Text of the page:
It was with a sense of nervousness that I took to my seat in the eighth row for Al Murray’s Barrell of Fun Extra show at the William Aston Hall last night. You see, not knowing much about his stand up shows, I made the mistake of doing a bit of online research on Murray and immediately stumbled across tales of audience members getting a damn good ribbing. Indeed my worst fears were confirmed when he bounded in stage in full Pub Landlord gear spilling the majority of his pint over unsuspecting people in the front row.
In keeping with the traditions of the Pub Landlord TV series Murray sets the rules from the offset; he promptly sets about confiscating pints of beer from ladies in the front row and replacing them with white wine. Also everyone’s name is “a lovely British name” and everyone is British from God to the Incy Wincy Spider with a hilarious explanation of what makes each one British.
Whilst his character is brash and bawdy there is a cleverness to Murray’s act best evidenced in the sharp putdowns which formulate the bread and butter of his show. For instance when he learns that one man is a BT engineer he replies in a instant “Well what are you doing here then?” and practically has the 900 strong crowd eating out of his hands. He’s also incredibly adept at remembering and coming back to the people he interacts with such as the wookie in the front row, Lofty the blind fitter and the Welsh Wizard who Murray envies for having a wife who also works for him.
If it all sounds a bit ad hoc there is a purpose to his material. Murray claims that the real crux of his show is to fix Broken Britain and in the second half of the show he does so by setting about what we have to be proud of. He explains how God Save The Queen is the greatest anthem on earth as it actually saves the Queen each time it is sung. The routine revolves around her majesty getting into daft perilous situations such as getting stuck in the freezer or crashing in her plane only to be saved by an unwitting audience member who is forced to sing the anthem.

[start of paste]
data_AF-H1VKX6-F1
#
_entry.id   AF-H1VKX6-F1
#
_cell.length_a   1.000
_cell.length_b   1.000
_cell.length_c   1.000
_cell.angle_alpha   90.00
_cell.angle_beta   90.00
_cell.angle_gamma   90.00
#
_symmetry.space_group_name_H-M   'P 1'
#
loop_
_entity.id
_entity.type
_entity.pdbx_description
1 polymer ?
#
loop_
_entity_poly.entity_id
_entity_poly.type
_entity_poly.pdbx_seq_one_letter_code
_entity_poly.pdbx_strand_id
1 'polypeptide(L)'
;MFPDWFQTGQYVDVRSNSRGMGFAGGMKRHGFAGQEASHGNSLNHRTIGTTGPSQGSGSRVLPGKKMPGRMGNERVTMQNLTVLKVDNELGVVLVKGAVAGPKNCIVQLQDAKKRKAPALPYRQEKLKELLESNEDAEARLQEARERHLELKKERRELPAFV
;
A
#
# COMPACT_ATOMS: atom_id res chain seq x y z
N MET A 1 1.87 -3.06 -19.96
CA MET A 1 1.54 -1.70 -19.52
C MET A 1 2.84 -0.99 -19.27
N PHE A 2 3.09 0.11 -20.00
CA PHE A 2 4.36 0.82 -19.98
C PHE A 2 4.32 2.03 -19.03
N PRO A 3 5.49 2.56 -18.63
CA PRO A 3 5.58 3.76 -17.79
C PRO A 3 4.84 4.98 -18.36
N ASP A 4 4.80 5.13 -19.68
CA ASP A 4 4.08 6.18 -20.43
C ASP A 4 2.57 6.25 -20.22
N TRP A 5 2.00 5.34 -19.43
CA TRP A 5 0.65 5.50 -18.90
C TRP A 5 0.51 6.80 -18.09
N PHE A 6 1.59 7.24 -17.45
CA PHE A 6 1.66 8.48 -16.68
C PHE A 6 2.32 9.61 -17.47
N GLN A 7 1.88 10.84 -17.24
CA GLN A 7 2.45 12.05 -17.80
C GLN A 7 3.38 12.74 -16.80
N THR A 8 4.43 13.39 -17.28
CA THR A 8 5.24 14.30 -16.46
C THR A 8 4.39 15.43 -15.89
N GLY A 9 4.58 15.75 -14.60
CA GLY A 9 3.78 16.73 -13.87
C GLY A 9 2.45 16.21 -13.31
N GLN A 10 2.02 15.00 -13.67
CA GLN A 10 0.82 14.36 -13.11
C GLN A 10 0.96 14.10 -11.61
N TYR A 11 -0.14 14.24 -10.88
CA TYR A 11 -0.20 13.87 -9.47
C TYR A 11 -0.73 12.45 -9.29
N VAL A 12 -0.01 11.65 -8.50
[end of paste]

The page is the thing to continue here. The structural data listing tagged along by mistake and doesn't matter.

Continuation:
Perhaps the funniest moment comes when Murray “helps out” an 18 year old PC World employee called James, who has been ribbed for most of the show, by getting him to “woo some lovely ladies” by running around the entire venue, hand on head, pretending to be a shark.
When asked how he would fix the economic crisis in the Q&A session which forms the finale of the show Murray brashly pronounces that reducing the price of beer would solve the UK’s problems. Whilst you fear that he might not be the man to solve this particular crisis he certainly provides a hilarious form of escapism from it on a wet Thursday night in Wrexham, the sell out crowd’s standing ovation a testament to his wit.
Review: Al Murray at the William Aston Hall